- This HEPI blog was kindly authored by Paul Blomfield MP, Member of Parliament for Sheffield Central.
Nearly ten years ago I started a conversation between the University of Sheffield and Sheffield City Council after a change in the way people could register to vote.
The new system – known as Individual Electoral Registration – meant universities could no longer register students ‘en bloc’ and we were concerned that fewer students in Sheffield (and elsewhere) would register as a result.
After some discussion and with the strong backing of the Vice-Chancellor we agreed to trial a new model, where students in Sheffield could register to vote when they enrolled each year. Subsequently known as the Sheffield Model or ‘auto-enrolment’, this system made a big difference.
It not only offered the opportunity to replace the previous system but offered opportunities to universities that hadn’t used ‘en bloc’ registration. Sheffield Hallam University, for example, estimated it could have the potential to increase student registration rates from 13% to 76%.
I’m delighted that, in the intervening years, almost one in three universities in the country has adopted auto-enrolment, and it is now widely regarded as best practice when it comes to student voter registration. A recent study found that auto-enrolment doesn’t just lead to higher numbers of registrations, but confers a whole cache of other benefits.
For students, registering to vote through enrolment is quick and easy, something to be done routinely at the beginning of the year. Even if those eligible choose to vote in general elections at home, it gives them the option of voting in devolved, local and mayoral elections at university, giving them a stronger stake in the community.
For universities, although the setup of auto-enrolment can take some time and effort, once the system is in place it’s easy to maintain each year. The more students who register automatically, the less resource needs to be spent on registration activity and the more they can focus on other democratic engagement, such as encouraging turnout or hosting debates. Some universities even received a small fee from the local authority in recognition of the admin costs involved.
Finally, the council can potentially save significant sums of money. Without auto-enrolment, they are legally obliged to contact every student who isn’t registered at least three times – by post, phone and sometimes even in person – which can be extremely costly. In fact, John Tomlinson, whose contribution as the Electoral Registration Officer at Sheffield City Council was crucial, estimated a saving of £160,000 per year.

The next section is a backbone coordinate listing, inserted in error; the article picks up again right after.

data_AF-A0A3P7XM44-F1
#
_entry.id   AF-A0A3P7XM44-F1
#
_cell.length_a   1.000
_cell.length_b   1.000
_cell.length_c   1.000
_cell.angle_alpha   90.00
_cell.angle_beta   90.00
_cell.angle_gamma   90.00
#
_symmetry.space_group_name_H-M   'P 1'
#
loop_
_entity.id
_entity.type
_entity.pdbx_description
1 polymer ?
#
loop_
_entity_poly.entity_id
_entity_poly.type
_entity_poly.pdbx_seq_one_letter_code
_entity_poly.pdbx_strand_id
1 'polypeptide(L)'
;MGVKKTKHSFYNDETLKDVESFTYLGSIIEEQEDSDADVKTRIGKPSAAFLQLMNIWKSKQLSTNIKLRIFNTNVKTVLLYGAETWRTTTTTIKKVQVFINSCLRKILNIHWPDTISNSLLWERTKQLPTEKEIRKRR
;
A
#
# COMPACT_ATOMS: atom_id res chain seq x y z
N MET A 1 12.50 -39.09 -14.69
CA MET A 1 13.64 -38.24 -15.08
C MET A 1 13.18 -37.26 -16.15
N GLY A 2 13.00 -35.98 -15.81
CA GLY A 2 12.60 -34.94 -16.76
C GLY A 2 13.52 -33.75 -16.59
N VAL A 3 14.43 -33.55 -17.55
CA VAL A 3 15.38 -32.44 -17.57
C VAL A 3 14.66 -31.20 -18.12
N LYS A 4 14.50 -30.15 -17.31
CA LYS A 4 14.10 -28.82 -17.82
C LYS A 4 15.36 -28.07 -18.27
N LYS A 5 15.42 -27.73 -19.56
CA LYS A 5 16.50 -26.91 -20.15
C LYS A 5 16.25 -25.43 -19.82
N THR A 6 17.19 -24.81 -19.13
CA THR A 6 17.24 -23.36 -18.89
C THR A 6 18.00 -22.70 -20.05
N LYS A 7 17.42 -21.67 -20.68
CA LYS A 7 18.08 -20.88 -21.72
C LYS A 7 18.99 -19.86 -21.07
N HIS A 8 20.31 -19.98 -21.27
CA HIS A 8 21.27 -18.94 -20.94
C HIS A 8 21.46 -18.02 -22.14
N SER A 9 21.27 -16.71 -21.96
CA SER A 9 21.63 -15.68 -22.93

Despite these benefits and with a decade of proof of concept, there are still around 100 universities that don’t use auto-enrolment. When surveyed, most of them were very supportive of auto-enrolment but didn’t have good enough information on how to go about setting it up. With a million other priorities, it’s understandable that piecing together the right info wasn’t at the top of everyone’s list.
For this very reason, a new guide on implementing auto-enrolment has been produced by the authors of the research, with valuable input from members of the Academic Registrars’ Council and the Association of University Administrators.
It provides a comprehensive resource for university staff, covering practical issues such as data sharing agreements, GDPR, adapting student enrolment forms and more. While each university is different and will have specific requirements, many of the recommendations are adaptable to suit individual need. And for those universities that already offer auto-enrolment, there are suggestions on how to improve the process still further – for example by working with multiple EROs, registering international students or tackling the new issue of voter ID.
Whether you are a Registrar, COO or member of the student services team, I urge you to read it or, if you don’t have anything to do with student voter registration, pass it to a colleague who does.
In an era of rapidly changing political landscapes and an uncertain future, giving young people a voice in the democratic process is of utmost importance. We know there will be an election by December 2024 at the very latest, and most likely before. That gives us some time, but not much.
If every university in the country aims to set up auto-enrolment by then, we can pave the way for an entire generation to become active, engaged citizens, empowered to shape their communities and the world at large.